NEW PORT RICHEY — Alex Shively's English was almost nonexistent when he enrolled in Gulf High School as a freshman.
"I knew some basic words. Hello. Basic stuff," recalled Shively, who moved to Pasco County from Russia as a 16-year-old in 2005. "It was hard understanding everybody talking to each other. I had no friends who spoke the same language."
That didn't stop him from fitting in, though. The school is filled with people from different countries who speak different languages, 30 in all (including English).
It's the result of a confluence of factors — the school's culturally flavored International Baccalaureate program, the proximity of agencies that serve immigrant and refugee families, the availability of nearby affordable housing, and a growing medical community that has attracted physicians from the Middle East and Asia.
"Overall, there is such a wide variety of nationalities represented at the school," principal Steve Knobl said. "It's almost like a U.N.-type high school."
Some speak limited English. Some are fluent in several languages. Some struggle with their coursework. Others cruise through the school's college-prep International Baccalaureate program.
Knobl seeks to focus on the diversity of culture and language as a strength, one that can help students understand and deal with the wider world. But he also wants them to embrace something they all have in common.
"They're all Buccaneers and they all need to support one another," Knobl said.
The school's Unity Club has grown to include hundreds of students, taking part in more activities than the single Unity Day that other schools have.
But at the same time, the school has done little extra to highlight the cultural differences in the student body.
In many ways it works.
Shively, for instance, talked about having many friends who help him learn English, as well as some who ask about speaking Russian. Sometimes, he said, he hears more Spanish than English in the hallways, and he's trying to learn that, too.
IB junior Adi Shah said he knows people who are Polish, German, Indian and of other backgrounds.
"You definitely feel like you're in a global community," said Shah, who moved to the United States from India in 2004 and is fluent in five languages. "Naturally, there are going to be people not that appreciative of differences. But in general, I feel at home."
So does Ngan Nguyen, who moved to the United States from Vietnam in 2007.
She's part of a growing number of Vietnamese students in Pasco County. The language is now the third-most spoken in the district — Spanish is second and Arabic is fourth — with numbers big enough to justify the district's hiring of its first Vietnamese-speaking instructional assistant.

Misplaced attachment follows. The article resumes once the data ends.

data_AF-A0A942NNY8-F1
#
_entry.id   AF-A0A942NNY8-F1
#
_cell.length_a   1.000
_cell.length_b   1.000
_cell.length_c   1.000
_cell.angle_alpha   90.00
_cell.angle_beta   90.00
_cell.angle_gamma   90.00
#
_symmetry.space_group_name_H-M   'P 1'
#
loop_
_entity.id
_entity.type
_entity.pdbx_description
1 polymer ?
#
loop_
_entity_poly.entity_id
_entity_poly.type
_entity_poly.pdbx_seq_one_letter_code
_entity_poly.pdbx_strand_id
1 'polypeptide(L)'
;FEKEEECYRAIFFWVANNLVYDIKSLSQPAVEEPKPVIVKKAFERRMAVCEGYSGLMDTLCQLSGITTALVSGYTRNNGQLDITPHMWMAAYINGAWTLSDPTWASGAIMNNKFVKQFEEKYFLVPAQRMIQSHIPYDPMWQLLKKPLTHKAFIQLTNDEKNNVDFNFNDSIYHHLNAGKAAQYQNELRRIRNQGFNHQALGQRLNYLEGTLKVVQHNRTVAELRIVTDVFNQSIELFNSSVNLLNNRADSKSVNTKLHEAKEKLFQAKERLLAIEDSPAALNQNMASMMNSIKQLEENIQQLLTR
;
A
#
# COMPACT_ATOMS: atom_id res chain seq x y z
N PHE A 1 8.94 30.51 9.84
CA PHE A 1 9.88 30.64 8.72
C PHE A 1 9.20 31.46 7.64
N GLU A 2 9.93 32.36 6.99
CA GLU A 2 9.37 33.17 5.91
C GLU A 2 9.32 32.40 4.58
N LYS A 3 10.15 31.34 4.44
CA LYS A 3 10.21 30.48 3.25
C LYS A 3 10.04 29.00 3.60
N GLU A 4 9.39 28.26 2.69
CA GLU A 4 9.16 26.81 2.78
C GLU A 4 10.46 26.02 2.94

The district also puts out parent phone messages in Vietnamese, as well as English, Spanish and Mandarin.
Moving to Gulf High was tough enough for Nguyen just because it was her third high school in three years. But unlike her most recent past school, Gulf had some positives, she said.
There are others who speak Vietnamese, for one.
"At my school last year, everyone spoke English and Spanish. I felt like an outsider. That was really bad," she said. At Gulf, "they accept me."
Still, she keeps mostly to herself. A self-identified "book nerd," Nguyen loves to read and to learn about biology and chemistry. Her goal is to get out of high school and study biochemistry at a college in the Northeast.
At least at Gulf, she said, she has the opportunity to do as she pleases.
Others interact more freely.
Junior Ajla Spijodic, who grew up in Bosnia, chatted over lunch with friends who speak Samoan, Spanish and English. She said when she first came to the country speaking no English, back in third grade, she learned to "go with the flow."
"Now I understand just like a regular kid," she said.
Her friend, sophomore Leighlani Paselio, said her family is rooted in Samoan culture and shares it with the school in many ways, such as teaching the football team a Samoan warrior dance to perform before games.
"There are many different cultures at the schools," Paselio said.
The girls started ticking off all the people they know who speak different languages.
A friend from Sudan. A visiting student from Sweden. The list went on.
"Wow. There really are a lot," Paselio observed.
If there is a problem with the number of students whose primary language is not English, it's that Gulf High hasn't been able to offer a developmental language arts course — one that focuses heavily on the English language for students who need it most.
The students are mainstreamed into regular courses, with teachers given special strategies to help them.
That's good, because students are exposed to the harder work they must complete. It's also potentially bad because the academic English that students need to perform well in their courses, not to mention the FCAT, is not learned by watching TV and talking with friends.
Communication skills come quickly, said ESOL resource teacher Lynn Galvin-Murray, but the academic language can take six years.
"We're looking to offer it again," Galvin-Murray said of the developmental English course.
But that's a small piece of the whole, one that Knobl hopes to build upon by expanding the IB program and putting more focus on diversity for students and teachers alike.
Jeffrey S. Solochek can be reached at firstname.lastname@example.org or (813) 909-4614. For more education news, visit the Gradebook at blogs.tampabay.com/schools.